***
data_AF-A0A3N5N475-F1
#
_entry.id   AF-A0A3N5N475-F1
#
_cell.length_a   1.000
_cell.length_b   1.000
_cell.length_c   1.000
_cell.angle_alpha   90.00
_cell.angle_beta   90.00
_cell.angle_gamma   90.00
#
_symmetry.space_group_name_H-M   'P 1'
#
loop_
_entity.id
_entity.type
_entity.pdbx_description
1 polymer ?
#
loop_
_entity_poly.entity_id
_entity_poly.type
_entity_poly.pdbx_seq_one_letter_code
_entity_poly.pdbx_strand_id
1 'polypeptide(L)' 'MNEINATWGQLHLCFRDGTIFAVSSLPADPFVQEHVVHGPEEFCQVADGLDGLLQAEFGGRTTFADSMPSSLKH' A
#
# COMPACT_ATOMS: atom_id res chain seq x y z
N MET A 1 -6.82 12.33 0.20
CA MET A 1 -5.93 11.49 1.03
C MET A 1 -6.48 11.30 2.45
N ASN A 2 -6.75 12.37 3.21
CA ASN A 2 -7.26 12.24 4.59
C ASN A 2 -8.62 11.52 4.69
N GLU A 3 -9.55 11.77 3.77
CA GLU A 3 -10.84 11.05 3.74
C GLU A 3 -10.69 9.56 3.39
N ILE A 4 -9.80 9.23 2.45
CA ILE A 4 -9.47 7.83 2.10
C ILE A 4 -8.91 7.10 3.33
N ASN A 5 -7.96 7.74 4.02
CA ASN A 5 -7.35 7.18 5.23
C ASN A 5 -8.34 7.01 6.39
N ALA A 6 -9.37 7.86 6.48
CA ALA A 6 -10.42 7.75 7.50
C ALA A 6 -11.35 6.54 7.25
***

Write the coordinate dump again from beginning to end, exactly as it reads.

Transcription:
data_AF-A0A3N5N475-F1
#
_entry.id   AF-A0A3N5N475-F1
#
_cell.length_a   1.000
_cell.length_b   1.000
_cell.length_c   1.000
_cell.angle_alpha   90.00
_cell.angle_beta   90.00
_cell.angle_gamma   90.00
#
_symmetry.space_group_name_H-M   'P 1'
#
loop_
_entity.id
_entity.type
_entity.pdbx_description
1 polymer ?
#
loop_
_entity_poly.entity_id
_entity_poly.type
_entity_poly.pdbx_seq_one_letter_code
_entity_poly.pdbx_strand_id
1 'polypeptide(L)' 'MNEINATWGQLHLCFRDGTIFAVSSLPADPFVQEHVVHGPEEFCQVADGLDGLLQAEFGGRTTFADSMPSSLKH' A
#
# COMPACT_ATOMS: atom_id res chain seq x y z
N MET A 1 -6.82 12.33 0.20
CA MET A 1 -5.93 11.49 1.03
C MET A 1 -6.48 11.30 2.45
N ASN A 2 -6.75 12.37 3.21
CA ASN A 2 -7.26 12.24 4.59
C ASN A 2 -8.62 11.52 4.69
N GLU A 3 -9.55 11.77 3.77
CA GLU A 3 -10.84 11.05 3.74
C GLU A 3 -10.69 9.56 3.39
N ILE A 4 -9.80 9.23 2.45
CA ILE A 4 -9.47 7.83 2.10
C ILE A 4 -8.91 7.10 3.33
N ASN A 5 -7.96 7.74 4.02
CA ASN A 5 -7.35 7.18 5.23
C ASN A 5 -8.34 7.01 6.39
N ALA A 6 -9.37 7.86 6.48
CA ALA A 6 -10.42 7.75 7.50
C ALA A 6 -11.35 6.54 7.25